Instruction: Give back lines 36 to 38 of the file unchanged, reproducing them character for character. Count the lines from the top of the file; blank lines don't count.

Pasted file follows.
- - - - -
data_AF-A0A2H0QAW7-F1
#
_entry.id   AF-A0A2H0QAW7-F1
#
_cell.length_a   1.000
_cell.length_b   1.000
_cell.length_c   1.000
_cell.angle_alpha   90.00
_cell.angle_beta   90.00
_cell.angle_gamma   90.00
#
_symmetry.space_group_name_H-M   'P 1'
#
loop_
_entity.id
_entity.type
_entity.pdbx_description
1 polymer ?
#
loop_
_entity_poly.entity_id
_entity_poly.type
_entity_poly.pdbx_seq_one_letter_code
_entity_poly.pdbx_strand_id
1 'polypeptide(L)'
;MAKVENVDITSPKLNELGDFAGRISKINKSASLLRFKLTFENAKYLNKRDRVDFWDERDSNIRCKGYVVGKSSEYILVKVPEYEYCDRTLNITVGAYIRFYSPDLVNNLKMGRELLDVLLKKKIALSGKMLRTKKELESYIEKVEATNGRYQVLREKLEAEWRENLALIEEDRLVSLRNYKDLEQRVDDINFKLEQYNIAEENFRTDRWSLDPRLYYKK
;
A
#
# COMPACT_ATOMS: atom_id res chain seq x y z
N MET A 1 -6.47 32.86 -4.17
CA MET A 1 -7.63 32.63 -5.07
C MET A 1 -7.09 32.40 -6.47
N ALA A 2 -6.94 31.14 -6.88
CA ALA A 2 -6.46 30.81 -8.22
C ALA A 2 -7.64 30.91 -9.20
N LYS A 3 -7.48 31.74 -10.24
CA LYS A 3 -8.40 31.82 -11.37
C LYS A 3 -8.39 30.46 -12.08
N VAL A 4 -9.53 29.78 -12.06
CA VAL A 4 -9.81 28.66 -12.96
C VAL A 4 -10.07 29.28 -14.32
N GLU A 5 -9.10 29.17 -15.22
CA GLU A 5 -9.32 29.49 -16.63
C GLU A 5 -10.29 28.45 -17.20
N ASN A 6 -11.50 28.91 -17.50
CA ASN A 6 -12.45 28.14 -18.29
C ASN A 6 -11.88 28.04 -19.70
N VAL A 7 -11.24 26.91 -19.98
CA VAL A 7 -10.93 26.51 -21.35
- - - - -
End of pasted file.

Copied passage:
C ALA A 2 -7.64 30.91 -9.20
N LYS A 3 -7.48 31.74 -10.24
CA LYS A 3 -8.40 31.82 -11.37